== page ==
Kia and Toyota Appear to Allow Disparagment of Brand with Transphobia
During the course of arguments in the Texas Legislature for the horrifying Bathroom Bill, which would prohibit any person from using a restroom labeled for a gender different than the one listed on their birth certificate, several religious based organizations which use their beliefs to excuse terrorizing LGBTQ people stepped forward in support of the legislation.
Recently, I provided a listing of the companies which signed a letter of support from one such crusading organization, Texas Values. The list included Community Toyota *Kia* Honda in Baytown, Texas, which *ironically?* claims on their website, “There’s a reason why we decided to name our dealership ‘Community’. Here at Community Toyota, we do more than just offer great cars to our customers. Owners Kim and Roger Elswick also support and give back to a variety of local schools, charities, and organizations. We do this because we truly care about our community, and we want to see it grow and flourish!”
Having worked on numerous franchise issues in the past, including drafting agreements for dealer sales for other manufacturers, I was relatively certain that brand disparagement would be discouraged by companies like Kia and Toyota and included in their franchise contracts. Sadly, it doesn’t appear to be the case.
I contacted all three auto manufacturers in the hopes that they would have something substantive to say, and hopefully take action to protect their brand. Below is the chain of communications with Toyota:
Thank you for contacting Toyota.
Below is a summary of your most recent email message received and our response.
We appreciate the continued opportunity to be of service to you.
|Franchise Violation – Baytown TX|
|Response Via Email (Ashley M.)||08/15/2017 11:36 AM|
Dear Ms. Morris,
Thank you for contacting Toyota Motor Sales, U.S.A., Inc. (TMS) and sharing your concerns.
Please note, all Toyota dealerships are independent businesses and assume the responsibility for setting their own policies. TMS has no ownership interest in any independent dealership and does not exercise control over any dealer, including Community Toyota of Baytown.
However, Toyota does not condone discrimination in any form and believes that respect for and inclusive treatment of all people is good for the workplace, marketplace and society as a whole. In our experience, the best ideas come when everyone is equally engaged and valued.
Thank you again for your feedback. Your email has been documented at our National Headquarters
Toyota Customer Experience Center
|Customer By Web Form (Jay Morris)||08/11/2017 01:53 PM|
|As you may be aware, the Texas legislature is in a special session attempting to pass legislation targeting the Transgender community. In a listing of business supporting this legislation, and thereby promoting discrimination against the transgender community, Roger Elswick, identifies himself as supporting the law on behalf of “Community,” and “Toyota ‘Kia’ Honda” of Baytown, Texas. I’m certain Toyota does not support this horrible law and wished to bring to your attention that a Dealer is disparaging your brand. Attached is a copy of the listing with a box around the offense for your information.|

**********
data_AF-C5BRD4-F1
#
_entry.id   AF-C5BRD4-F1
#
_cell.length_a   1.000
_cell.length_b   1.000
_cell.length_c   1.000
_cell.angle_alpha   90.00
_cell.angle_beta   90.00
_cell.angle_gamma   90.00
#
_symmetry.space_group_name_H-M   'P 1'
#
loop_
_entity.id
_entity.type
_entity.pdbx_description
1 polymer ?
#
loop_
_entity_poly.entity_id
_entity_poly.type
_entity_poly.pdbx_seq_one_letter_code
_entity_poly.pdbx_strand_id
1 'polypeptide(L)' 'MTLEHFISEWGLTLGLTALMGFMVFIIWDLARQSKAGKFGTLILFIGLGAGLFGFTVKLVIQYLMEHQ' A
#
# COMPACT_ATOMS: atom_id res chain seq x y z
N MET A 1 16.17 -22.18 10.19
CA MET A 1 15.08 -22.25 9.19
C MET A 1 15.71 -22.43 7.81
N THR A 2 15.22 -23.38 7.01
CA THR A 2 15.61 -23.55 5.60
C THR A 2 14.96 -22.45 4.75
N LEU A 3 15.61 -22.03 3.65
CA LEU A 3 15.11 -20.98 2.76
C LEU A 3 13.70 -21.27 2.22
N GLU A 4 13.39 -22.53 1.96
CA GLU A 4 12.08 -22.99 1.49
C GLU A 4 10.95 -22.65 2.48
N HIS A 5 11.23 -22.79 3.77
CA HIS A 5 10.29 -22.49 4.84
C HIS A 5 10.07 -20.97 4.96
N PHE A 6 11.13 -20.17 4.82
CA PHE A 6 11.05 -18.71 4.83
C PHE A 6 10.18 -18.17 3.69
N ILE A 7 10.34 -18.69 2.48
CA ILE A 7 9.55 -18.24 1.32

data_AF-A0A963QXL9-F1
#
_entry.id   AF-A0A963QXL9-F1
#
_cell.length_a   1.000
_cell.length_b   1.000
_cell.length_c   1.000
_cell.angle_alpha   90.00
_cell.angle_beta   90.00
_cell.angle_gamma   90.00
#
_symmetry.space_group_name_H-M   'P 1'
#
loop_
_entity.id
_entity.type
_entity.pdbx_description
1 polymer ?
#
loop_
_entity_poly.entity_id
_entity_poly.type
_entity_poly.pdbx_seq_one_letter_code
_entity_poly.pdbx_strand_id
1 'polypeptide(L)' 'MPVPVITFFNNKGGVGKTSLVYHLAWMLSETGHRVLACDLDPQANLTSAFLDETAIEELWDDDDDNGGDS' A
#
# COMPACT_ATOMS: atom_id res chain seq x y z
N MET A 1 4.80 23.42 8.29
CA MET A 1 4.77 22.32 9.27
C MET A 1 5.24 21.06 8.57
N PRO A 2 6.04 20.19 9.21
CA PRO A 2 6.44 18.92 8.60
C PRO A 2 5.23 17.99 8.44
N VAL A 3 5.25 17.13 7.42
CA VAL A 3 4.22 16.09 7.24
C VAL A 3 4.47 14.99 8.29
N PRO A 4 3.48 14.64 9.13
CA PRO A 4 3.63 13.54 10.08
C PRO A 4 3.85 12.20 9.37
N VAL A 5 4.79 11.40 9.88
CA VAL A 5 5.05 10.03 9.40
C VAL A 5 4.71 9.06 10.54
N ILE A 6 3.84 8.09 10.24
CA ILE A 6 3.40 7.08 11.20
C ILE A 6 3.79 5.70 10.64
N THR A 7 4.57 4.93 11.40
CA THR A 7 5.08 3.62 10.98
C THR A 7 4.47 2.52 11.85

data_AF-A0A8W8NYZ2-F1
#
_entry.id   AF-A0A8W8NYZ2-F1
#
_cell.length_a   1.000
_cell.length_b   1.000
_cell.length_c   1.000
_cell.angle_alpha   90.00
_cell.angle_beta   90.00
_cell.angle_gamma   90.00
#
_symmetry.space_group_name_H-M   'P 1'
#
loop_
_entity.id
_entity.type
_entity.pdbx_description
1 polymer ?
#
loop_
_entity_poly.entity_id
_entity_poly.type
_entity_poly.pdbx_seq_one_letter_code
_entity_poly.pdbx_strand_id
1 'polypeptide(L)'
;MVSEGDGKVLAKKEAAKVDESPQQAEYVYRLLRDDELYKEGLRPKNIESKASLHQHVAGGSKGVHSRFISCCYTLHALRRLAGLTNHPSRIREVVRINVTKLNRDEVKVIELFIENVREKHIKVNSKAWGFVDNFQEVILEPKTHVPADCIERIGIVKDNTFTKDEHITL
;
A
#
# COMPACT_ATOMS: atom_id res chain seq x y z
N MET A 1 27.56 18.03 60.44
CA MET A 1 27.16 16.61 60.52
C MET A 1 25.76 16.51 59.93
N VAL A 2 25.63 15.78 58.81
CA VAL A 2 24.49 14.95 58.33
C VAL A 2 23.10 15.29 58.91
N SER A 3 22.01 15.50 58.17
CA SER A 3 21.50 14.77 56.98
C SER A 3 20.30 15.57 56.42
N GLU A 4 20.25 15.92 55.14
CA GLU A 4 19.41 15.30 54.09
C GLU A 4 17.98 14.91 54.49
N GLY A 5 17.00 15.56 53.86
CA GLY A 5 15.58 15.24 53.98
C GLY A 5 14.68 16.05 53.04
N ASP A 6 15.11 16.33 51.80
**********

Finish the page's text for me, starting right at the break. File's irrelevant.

Kia responded via phone call and left this voicemail.
I can’t decide what is most frustrating to me regarding the brand responses – is it Kia saying they, “apologize if you were offended,” or claiming they don’t take a position on legislation – which seems contrary to the roughly $670,000 in lobbying efforts in 2017 alone they spent they spent on lobbying in 2017 alone.
While I certainly appreciate that dealerships are independently owned, placing the brand name on pamphlets designed to sway legislation undoubtedly impacts lawmakers. Seeing big names like Toyota, Kia, and Honda as “in support” harms the brand. This experience has certainly soiled both brands for me, and I’ve recently taken the Kia Niro on a test drive and checked out the Toyota Prius as I’m considering a hybrid to lower my carbon footprint even further (I also test drove the Hyundai Ioniq). If it were my brand promoting discrimination, particularly considering the present state of our country, I would do everything in my power to protect not only my brand, but the people being marginalized by the use of my brand name.
Of course, I do provide a caveat. Thus far, I have been unable to obtain a copy of a Franchise Agreement for Kia or Toyota. Perhaps the contracts give full rights to the dealership to use the Kia and Toyota brand name in any way they want – including on matters that taint the brand. Perhaps, because the dealership is independent, one could affix the Toyota or Kia brand names to a Nazi Flag and scream “white power” and Toyota and Kia would just be like … “Hey, franchises can use our name however they want. Sorry if YOU were offended.” But I doubt it considering the number of lawsuits Kia and Honda have been involved in regarding enforcing those Franchise Agreements.
And here’s a bit of unsolicited advise for Kia and Toyota – if there aren’t protections in your Franchise Contracts for your brand, you may want to consider new lawyers.
As of this writing, Honda has not responded to repeated communications.